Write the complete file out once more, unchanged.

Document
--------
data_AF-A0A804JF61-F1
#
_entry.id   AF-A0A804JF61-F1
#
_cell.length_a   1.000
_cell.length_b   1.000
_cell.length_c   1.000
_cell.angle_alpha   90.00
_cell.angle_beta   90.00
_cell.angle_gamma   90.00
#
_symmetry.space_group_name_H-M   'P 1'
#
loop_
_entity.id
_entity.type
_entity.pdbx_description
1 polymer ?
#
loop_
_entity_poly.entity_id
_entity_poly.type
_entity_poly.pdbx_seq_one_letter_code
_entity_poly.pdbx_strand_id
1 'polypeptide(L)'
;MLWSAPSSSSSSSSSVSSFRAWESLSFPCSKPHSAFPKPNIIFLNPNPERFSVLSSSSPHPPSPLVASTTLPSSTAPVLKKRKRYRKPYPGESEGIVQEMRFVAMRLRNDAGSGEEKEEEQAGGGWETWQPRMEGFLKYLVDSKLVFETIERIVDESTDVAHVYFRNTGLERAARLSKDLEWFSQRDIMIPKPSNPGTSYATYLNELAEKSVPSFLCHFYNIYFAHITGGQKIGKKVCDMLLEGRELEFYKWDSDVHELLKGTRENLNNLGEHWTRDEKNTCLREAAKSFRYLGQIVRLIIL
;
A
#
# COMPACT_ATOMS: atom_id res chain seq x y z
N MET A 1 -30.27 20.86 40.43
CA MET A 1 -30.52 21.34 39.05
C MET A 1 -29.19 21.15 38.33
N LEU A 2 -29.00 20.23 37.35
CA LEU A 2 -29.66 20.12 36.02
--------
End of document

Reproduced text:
data_AF-A0A804JF61-F1
#
_entry.id   AF-A0A804JF61-F1
#
_cell.length_a   1.000
_cell.length_b   1.000
_cell.length_c   1.000
_cell.angle_alpha   90.00
_cell.angle_beta   90.00
_cell.angle_gamma   90.00
#
_symmetry.space_group_name_H-M   'P 1'
#
loop_
_entity.id
_entity.type
_entity.pdbx_description
1 polymer ?
#
loop_
_entity_poly.entity_id
_entity_poly.type
_entity_poly.pdbx_seq_one_letter_code
_entity_poly.pdbx_strand_id
1 'polypeptide(L)'
;MLWSAPSSSSSSSSSVSSFRAWESLSFPCSKPHSAFPKPNIIFLNPNPERFSVLSSSSPHPPSPLVASTTLPSSTAPVLKKRKRYRKPYPGESEGIVQEMRFVAMRLRNDAGSGEEKEEEQAGGGWETWQPRMEGFLKYLVDSKLVFETIERIVDESTDVAHVYFRNTGLERAARLSKDLEWFSQRDIMIPKPSNPGTSYATYLNELAEKSVPSFLCHFYNIYFAHITGGQKIGKKVCDMLLEGRELEFYKWDSDVHELLKGTRENLNNLGEHWTRDEKNTCLREAAKSFRYLGQIVRLIIL
;
A
#
# COMPACT_ATOMS: atom_id res chain seq x y z
N MET A 1 -30.27 20.86 40.43
CA MET A 1 -30.52 21.34 39.05
C MET A 1 -29.19 21.15 38.33
N LEU A 2 -29.00 20.23 37.35
CA LEU A 2 -29.66 20.12 36.02